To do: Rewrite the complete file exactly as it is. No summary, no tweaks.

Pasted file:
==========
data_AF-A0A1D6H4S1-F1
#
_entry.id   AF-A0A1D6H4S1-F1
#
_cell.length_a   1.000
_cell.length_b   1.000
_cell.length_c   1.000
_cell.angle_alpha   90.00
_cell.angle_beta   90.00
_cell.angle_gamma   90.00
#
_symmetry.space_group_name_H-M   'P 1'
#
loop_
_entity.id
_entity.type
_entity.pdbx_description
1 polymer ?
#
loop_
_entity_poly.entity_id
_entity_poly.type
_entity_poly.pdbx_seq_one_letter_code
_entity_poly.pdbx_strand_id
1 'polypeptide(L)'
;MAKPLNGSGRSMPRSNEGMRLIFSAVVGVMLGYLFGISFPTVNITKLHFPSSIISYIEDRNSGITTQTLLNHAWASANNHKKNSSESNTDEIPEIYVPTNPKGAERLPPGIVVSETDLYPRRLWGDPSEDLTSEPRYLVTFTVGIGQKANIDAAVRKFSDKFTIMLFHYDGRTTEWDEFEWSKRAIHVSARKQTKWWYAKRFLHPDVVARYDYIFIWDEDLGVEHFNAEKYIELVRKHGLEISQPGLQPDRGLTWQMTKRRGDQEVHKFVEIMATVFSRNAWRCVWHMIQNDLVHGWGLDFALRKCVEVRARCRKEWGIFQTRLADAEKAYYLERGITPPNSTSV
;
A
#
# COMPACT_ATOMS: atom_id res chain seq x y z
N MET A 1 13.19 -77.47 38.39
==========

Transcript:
data_AF-A0A1D6H4S1-F1
#
_entry.id   AF-A0A1D6H4S1-F1
#
_cell.length_a   1.000
_cell.length_b   1.000
_cell.length_c   1.000
_cell.angle_alpha   90.00
_cell.angle_beta   90.00
_cell.angle_gamma   90.00
#
_symmetry.space_group_name_H-M   'P 1'
#
loop_
_entity.id
_entity.type
_entity.pdbx_description
1 polymer ?
#
loop_
_entity_poly.entity_id
_entity_poly.type
_entity_poly.pdbx_seq_one_letter_code
_entity_poly.pdbx_strand_id
1 'polypeptide(L)'
;MAKPLNGSGRSMPRSNEGMRLIFSAVVGVMLGYLFGISFPTVNITKLHFPSSIISYIEDRNSGITTQTLLNHAWASANNHKKNSSESNTDEIPEIYVPTNPKGAERLPPGIVVSETDLYPRRLWGDPSEDLTSEPRYLVTFTVGIGQKANIDAAVRKFSDKFTIMLFHYDGRTTEWDEFEWSKRAIHVSARKQTKWWYAKRFLHPDVVARYDYIFIWDEDLGVEHFNAEKYIELVRKHGLEISQPGLQPDRGLTWQMTKRRGDQEVHKFVEIMATVFSRNAWRCVWHMIQNDLVHGWGLDFALRKCVEVRARCRKEWGIFQTRLADAEKAYYLERGITPPNSTSV
;
A
#
# COMPACT_ATOMS: atom_id res chain seq x y z
N MET A 1 13.19 -77.47 38.39